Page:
Reading a book—not listening to it—has become its own sort of status symbolby Caroline O'Donoghue / March 5, 2020 / Leave a comment
You can’t talk about reading without talking about snobbery. At some point in the last decade, we decided to abandon most forms of physical media, therefore making a rod for our own backs when it comes to gift-giving (remember when you could just give someone a Monty Python boxset and be done with it? Now your choices are a candle and a skydiving experience) and providing us even fewer clues as to who we really are. Once upon a time, you could walk into someone’s home and piece together their entire existence based on the DVDs and CDs on their shelves. Now we’re supposed to puzzle out who they are by how they yell at their Alexa.
Books, for some reason, have survived this unremitting cull. Books are the clue, the key, the Rosetta Stone for finding out who someone is. As a result, books have become more of a lightning rod for conversations around snobbery than ever. Every day there’s another riot on social media about people who aren’t reading “properly” (see a recent panic about people who chop big books up into chunks as they read them, to lighten their weight); there are fights about book awards and who has been snubbed by them; fights about book awards mattering at all. And, despite the fact that we are living in the era of podcasting, there is still snobbery around audiobooks.
“Well you didn’t really read it then, did you?” has become the common response to conversations around audiobooks, which have been growing steadily more popular over the last few years. And as with many items in rising demand, audiobooks become more scorned the more popular they get. “Nobody sits on a couch to listen to one. Nobody rewinds to linger on a particularly beautiful passage; nobody dog-ears a book on tape,” claimed an essay in Wired published in 2018. “It’s hard not to feel like something is lost in this transition.” Yes indeed, here is “reading” you can—very practically—do at the same time as driving, dusting or anything else. Which is exactly why audiobook snobbery has come to symbolise something big, deep and strange in our collective unconscious.
We are no longer using things to demonstrate status. We are using time. In 1899, Thorstein Veblen brought us the image of the silver spoon. It is “no more serviceable than a machine-made spoon,” he wrote, but exists to showcase our taste, our refinement, our ability to make elegance of our own daily lives. In the 20th century, we were driven by having beautiful things—now we focus on beautiful time. Time is the only resource that we cannot buy more of—and it’s the one that is often most scarce.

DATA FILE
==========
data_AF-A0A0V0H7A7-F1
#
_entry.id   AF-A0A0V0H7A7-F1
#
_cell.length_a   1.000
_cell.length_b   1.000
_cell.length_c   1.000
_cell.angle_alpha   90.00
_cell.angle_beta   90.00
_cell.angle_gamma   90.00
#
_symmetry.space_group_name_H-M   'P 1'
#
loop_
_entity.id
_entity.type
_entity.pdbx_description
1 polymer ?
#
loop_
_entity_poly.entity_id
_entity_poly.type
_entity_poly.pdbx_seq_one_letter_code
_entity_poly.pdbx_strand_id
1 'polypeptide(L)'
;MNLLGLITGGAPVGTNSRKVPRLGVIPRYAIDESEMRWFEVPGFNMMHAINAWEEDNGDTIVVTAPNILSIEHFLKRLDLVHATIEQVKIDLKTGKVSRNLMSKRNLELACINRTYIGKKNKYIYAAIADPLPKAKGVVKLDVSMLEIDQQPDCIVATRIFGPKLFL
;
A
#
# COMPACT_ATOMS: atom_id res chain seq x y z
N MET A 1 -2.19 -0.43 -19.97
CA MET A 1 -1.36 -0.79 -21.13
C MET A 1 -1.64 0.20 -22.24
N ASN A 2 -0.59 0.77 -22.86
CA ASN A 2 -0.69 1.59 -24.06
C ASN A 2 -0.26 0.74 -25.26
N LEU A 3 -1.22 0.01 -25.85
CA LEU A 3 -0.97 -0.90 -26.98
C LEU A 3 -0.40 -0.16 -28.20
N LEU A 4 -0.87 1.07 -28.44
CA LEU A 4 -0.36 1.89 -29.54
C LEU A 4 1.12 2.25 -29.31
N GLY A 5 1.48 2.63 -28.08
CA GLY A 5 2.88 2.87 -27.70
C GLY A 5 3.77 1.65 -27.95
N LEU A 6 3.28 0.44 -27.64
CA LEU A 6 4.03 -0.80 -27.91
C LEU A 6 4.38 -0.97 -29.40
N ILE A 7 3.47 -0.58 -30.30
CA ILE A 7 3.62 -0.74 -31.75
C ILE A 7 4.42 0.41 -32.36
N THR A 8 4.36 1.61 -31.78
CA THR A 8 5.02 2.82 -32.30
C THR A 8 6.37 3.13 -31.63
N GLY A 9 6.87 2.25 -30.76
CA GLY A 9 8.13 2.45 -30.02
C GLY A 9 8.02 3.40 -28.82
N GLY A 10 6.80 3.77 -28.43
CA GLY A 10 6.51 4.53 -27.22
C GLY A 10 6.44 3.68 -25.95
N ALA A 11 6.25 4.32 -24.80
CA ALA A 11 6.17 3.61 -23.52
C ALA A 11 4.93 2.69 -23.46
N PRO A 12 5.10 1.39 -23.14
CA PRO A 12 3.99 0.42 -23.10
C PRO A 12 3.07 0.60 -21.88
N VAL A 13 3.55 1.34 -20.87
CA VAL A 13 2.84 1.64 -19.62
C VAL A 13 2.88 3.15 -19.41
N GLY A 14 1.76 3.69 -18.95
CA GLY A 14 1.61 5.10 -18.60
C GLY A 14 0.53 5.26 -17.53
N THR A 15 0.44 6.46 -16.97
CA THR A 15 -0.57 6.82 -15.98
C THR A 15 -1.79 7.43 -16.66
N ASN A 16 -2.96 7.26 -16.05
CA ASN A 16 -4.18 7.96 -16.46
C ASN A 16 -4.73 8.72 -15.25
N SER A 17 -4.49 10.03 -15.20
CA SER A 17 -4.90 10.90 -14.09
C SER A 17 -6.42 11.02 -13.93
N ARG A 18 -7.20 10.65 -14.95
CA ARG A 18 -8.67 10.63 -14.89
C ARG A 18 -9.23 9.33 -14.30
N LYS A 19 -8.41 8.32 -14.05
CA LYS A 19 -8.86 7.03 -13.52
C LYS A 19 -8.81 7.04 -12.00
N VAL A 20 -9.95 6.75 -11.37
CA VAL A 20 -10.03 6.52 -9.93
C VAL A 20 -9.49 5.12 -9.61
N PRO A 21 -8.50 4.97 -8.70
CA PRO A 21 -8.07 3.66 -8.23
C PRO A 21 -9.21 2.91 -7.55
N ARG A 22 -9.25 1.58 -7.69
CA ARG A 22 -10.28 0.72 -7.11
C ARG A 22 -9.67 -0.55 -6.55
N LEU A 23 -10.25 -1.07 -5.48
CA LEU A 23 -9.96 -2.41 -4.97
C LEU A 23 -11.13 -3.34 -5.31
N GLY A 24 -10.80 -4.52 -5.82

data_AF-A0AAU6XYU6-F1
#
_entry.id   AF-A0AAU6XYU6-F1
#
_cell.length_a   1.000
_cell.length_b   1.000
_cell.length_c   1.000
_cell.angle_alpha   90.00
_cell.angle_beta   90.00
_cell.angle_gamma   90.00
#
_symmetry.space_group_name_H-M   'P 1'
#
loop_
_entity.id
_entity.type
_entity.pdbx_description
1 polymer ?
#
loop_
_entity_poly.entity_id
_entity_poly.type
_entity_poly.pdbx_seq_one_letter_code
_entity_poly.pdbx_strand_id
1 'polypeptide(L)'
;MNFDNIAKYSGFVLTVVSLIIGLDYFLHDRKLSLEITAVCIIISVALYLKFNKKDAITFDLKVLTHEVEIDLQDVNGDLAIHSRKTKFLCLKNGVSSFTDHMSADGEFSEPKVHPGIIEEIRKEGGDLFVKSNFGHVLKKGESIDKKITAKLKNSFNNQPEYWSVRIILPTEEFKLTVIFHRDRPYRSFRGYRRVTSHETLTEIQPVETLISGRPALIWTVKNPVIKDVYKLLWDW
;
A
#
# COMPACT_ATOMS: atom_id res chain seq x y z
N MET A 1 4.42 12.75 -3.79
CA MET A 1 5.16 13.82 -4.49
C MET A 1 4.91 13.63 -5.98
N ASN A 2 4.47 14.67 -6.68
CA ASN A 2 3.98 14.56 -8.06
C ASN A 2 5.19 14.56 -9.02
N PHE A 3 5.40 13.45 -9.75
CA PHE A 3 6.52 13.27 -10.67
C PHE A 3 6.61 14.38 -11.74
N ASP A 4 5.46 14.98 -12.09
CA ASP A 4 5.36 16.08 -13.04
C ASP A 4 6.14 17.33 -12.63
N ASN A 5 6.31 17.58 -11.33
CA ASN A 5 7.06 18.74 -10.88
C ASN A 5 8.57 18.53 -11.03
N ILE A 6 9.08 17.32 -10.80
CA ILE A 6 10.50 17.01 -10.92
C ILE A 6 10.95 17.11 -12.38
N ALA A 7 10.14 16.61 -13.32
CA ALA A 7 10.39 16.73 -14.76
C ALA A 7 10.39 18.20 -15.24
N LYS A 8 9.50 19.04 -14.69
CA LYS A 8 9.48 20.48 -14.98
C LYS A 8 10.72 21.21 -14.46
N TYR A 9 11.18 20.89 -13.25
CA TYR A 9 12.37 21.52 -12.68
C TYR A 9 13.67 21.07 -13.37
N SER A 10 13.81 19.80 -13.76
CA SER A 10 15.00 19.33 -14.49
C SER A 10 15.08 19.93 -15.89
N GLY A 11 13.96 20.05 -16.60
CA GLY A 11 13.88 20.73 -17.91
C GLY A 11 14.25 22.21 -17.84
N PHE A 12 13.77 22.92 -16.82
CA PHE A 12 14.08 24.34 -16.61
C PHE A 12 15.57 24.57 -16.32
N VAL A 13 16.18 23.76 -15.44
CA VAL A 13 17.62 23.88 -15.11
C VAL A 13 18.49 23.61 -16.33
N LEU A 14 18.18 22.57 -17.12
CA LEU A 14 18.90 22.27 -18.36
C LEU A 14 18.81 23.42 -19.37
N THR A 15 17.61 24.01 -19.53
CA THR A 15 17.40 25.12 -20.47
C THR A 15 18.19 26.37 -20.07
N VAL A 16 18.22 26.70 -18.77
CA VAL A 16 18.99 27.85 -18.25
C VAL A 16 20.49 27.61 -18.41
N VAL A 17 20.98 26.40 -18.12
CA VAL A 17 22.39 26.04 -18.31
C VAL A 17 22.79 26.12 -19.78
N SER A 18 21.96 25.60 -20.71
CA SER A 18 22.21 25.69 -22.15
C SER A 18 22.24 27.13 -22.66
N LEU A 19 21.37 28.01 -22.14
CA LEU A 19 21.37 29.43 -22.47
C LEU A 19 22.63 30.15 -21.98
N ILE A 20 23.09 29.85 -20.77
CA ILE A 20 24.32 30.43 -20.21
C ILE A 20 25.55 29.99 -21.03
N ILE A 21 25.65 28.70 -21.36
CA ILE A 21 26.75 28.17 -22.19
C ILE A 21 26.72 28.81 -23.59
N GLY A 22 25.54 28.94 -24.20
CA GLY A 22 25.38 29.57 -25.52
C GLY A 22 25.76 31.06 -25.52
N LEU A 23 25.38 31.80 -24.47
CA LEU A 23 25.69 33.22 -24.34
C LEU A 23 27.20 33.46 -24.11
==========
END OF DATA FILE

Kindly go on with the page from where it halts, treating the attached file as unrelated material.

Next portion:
Thus reading a book—not listening to it—has become its own sort of status symbol. A sign that you value the right things in life. Interestingly, it also means that we are turning more things into books than ever, so that we might enjoy them in their most elegant format: speeches by Greta Thunberg, scripts from Fleabag bound into a hardback edition called The Scriptures, bloggers whose posts are compiled into tomes with very little new content. At some point in our multimedia existence, we’ve decided that books, as the most time-consuming way to enjoy something, are therefore the best way to enjoy something.
In The Sum of Small Things, Elizabeth Currid-Halkett expands on “the aspirational class,” the highly-educated sector of society that prizes books, carries tote bags and attends farmers’ markets. The Beautiful Time people. Currid-Halkett observes that the aspirational class’s dedication to breast-feeding is part of the same thing. That, behind all the touted benefits of breastmilk and the evils of formula, was a class snobbery based around how long you were able to be physically tethered to your child. “Are you breast-feeding?” has become a more neutral way of saying “are you taking a long, luxurious, expensive maternity leave so that you can properly bond with your child?”
Books, breast-feeding, sky-diving trips… they all signify the same thing: that we are now a society that shows our status with time spent in a worthwhile fashion, and not with the stuff we consider fashionable. While such minimalism might seem noble, it also makes social mobility harder to accomplish. The old middle class trying to make it into upper might have had to, say, start attending polo matches. But anyone trying to break into the bourgeoisie today faces a sterner test: the “middle” has become so codified that you step over cultural tripwires at every turn—and, of course, you need bags of time.
Is this TV show worthwhile enough for me to spend 11 hours on it? Is having Jane Eyre recited to you by Thandie Newton a less valuable experience than struggling through it yourself? Can I taste the difference in my farm fresh organic potatoes, or is it that I took the time to select it from an outdoor market 40 minutes from my home that makes them better? And as snobbery becomes more tied up in leisure, how do we know when we’re even having fun anymore?